Science in Christian Perspective
Irving W. Knobloch, Ph.D.
From: JASA 13 (September 1961): 83.
These have been described by William H. George as the scientists most powerful pioneering tools. A good theory should not only correlate the known facts but should be fruitful in suggesting new experiments or approaches by means of which more facts can be established. J. H. Woodger might add to this that if the experiments suggested by the theory 90 contrary to expectation, then further data must be collected until the theory can be readjusted. It is important to understand here that a new theory does not displace an old theory but an old theory is toppled by contrary facts of large magnitude and a new theory is then established on the new facts. If theory and practice reach an equilibrium, then progress stops and a new breakthrough is to be hoped for. According to R. B. Braithwaite, a scientific system consists of a set of hypotheses which form a deductive system; that is, which is arranged in such a way that from some of the hypotheses as premises, all of the other hypotheses follow logically. The high level deductions are more general than the lower level ones. The empirical verification of one or more of all the lowest level hypotheses confirms the higher level hypotheses but nothing less than the verification of all the lowest level hypotheses would be sufficient to prove it; on the other hand, the empirical falsification of any one of the lowest level hypotheses, would be sufficient to refute it. To this may be added the thought of Sheldon J. Lackman that although theories are deductive in nature, they are either accepted or rejected to the extent that supportive data are acquired (or fail to be acquired) through the inductive method of science.
Little need be said about the usefulness of theories. It is generally conceded that, right or wrong, they stimulate a great deal of useful inquiry; Darwin's Theory of Natural Selection is a case in point. The Ptolemaic Theory was very useful for over 1,000 years although it has now been succeeded by the Copernican Theory. Astrology is a fruitful source of income and Marxism is a source of power today. Other theories, largely abandoned are those on animal magnetism (Mesmer 1734-1815), acquired characteristics (Lamarck 17441829), abiogenesis (Aristotle 384-322 B.C.) pholgiston (Becher 1635-1682 and Stahl 1660-1734). It is interesting, in this connection, to note that an abandoned theory may be later revived (although this seems to be a rare occurrence). Prout believed in 1800 that all elements were made up of hydrogen but evidence collected on this point caused most scientists to reject his theory. Likewise Crookes' theory of isotopes was abandoned and in its later revival helped reinstate Prout's theory regarding the structure of the atoms of the various elements.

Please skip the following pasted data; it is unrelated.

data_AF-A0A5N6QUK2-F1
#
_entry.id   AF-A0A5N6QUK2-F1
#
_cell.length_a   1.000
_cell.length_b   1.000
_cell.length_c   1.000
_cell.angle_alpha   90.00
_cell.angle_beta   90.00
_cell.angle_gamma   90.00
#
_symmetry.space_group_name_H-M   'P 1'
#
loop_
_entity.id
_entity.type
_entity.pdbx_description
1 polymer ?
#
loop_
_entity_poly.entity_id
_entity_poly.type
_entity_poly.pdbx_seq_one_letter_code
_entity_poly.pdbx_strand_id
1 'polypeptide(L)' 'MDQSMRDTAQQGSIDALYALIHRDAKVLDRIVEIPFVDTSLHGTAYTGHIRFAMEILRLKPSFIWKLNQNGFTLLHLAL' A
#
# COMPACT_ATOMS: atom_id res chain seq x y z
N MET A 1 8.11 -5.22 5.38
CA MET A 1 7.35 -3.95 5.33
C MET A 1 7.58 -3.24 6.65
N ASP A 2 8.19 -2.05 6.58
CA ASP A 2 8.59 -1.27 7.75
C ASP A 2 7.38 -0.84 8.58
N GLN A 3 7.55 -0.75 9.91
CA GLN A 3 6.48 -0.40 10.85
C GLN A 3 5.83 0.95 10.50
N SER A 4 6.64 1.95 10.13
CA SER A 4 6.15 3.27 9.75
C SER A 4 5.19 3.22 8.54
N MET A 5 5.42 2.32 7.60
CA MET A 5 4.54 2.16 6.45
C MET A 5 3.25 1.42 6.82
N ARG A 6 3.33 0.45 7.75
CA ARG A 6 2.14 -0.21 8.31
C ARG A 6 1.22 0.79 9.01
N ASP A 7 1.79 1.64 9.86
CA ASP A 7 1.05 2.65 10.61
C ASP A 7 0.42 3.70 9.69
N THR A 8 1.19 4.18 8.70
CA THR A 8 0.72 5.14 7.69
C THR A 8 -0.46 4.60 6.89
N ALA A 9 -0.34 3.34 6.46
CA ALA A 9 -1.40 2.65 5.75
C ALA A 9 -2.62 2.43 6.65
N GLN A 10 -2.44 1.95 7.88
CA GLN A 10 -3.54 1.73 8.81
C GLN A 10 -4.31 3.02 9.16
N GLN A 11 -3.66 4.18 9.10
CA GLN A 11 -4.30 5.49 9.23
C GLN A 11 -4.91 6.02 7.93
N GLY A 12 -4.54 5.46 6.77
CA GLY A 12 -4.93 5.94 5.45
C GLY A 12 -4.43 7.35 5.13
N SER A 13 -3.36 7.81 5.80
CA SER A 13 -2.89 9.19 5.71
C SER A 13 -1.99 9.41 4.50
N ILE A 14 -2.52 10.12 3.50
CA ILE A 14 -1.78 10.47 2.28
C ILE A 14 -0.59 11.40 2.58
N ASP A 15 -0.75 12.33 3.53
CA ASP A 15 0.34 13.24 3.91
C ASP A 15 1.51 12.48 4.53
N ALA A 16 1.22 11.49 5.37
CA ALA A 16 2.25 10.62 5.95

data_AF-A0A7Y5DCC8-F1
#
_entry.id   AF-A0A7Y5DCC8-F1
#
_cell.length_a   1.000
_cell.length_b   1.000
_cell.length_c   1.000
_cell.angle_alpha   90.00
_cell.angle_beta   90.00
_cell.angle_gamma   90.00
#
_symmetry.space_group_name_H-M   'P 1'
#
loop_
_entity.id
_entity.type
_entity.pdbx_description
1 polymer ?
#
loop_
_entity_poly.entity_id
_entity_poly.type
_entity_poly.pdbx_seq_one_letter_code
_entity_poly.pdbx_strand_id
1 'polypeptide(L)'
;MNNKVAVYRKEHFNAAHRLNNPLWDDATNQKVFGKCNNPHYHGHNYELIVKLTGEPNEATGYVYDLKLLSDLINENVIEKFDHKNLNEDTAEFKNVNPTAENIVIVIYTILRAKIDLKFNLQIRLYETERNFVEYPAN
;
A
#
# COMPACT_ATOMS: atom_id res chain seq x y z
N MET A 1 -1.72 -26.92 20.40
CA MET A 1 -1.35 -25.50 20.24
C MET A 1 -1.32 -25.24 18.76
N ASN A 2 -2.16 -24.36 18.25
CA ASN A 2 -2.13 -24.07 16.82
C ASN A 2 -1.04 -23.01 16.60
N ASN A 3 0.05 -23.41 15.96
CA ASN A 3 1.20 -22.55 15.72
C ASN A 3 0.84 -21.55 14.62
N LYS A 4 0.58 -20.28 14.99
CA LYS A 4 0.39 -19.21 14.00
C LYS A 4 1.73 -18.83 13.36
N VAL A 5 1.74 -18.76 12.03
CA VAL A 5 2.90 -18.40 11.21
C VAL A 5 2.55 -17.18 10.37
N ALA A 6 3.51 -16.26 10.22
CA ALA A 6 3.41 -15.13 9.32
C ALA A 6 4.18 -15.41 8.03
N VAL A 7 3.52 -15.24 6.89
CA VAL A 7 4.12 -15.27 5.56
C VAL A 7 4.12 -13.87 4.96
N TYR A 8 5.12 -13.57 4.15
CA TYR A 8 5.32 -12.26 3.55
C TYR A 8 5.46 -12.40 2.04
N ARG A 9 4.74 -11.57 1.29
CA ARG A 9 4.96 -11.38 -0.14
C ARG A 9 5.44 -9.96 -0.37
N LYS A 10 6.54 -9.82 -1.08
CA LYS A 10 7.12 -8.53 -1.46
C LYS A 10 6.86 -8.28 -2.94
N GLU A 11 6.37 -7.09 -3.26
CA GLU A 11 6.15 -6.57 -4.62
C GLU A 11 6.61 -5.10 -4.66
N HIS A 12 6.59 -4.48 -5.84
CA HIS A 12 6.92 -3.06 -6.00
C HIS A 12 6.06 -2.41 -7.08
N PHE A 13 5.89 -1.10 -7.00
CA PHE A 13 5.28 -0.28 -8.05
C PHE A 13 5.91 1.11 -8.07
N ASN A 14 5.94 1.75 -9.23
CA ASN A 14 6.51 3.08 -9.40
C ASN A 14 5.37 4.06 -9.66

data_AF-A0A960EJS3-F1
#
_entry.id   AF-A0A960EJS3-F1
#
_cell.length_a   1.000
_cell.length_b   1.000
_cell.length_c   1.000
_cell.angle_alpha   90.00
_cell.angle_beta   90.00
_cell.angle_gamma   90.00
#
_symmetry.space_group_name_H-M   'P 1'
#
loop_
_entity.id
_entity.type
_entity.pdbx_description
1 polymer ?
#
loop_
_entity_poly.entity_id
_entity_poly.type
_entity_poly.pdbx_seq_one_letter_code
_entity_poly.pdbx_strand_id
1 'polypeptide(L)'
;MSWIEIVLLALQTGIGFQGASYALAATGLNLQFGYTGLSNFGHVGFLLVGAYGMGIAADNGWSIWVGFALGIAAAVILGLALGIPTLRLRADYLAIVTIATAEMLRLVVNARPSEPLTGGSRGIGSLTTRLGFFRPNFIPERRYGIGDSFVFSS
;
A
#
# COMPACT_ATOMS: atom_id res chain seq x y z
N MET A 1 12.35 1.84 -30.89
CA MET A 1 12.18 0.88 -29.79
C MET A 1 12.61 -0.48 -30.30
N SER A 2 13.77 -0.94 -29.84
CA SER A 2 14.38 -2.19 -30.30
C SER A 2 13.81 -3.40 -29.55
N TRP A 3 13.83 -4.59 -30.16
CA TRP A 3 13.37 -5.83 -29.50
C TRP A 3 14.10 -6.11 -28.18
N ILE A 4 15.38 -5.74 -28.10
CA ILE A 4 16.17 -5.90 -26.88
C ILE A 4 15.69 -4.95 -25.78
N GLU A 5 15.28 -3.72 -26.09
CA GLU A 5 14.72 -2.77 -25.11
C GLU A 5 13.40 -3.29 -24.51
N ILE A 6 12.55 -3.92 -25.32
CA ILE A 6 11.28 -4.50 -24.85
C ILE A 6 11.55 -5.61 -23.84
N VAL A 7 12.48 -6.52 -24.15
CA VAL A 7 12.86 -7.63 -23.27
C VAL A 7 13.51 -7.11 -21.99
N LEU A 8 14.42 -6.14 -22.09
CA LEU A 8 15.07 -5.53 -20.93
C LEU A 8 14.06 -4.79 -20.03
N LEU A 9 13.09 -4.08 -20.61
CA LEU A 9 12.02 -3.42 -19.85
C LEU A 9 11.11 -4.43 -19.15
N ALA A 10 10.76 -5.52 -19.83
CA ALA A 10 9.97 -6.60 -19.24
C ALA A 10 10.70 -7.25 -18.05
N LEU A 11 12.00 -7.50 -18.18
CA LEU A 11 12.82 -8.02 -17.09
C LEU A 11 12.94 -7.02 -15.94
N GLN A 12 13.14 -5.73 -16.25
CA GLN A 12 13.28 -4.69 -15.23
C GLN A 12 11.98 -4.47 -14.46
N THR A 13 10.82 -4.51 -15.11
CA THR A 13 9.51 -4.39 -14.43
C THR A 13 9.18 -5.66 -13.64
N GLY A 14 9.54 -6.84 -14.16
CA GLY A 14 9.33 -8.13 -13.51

Since science is largely an interplay between fact and theory, there is certainly a lesson in this for Christians. Theories, we know, are usually tentative unless the data for their establishment is reproducible day by day (Gas Theory). No Christian need be dismayed because someone quotes a theory to him or her. Even facts are "slippery" things, ranging all the way from unanimous assent, to majority assent to scattered assent. Witness, for example, the facts of the miracles of Christ. They were certainly facts to many thousands but the ruling class was evidently not impressed. Even today there exists uncertainty about the factual nature of miracles in some minds. What hope then do we poor mortals have of convincing anyone with our theories and our facts?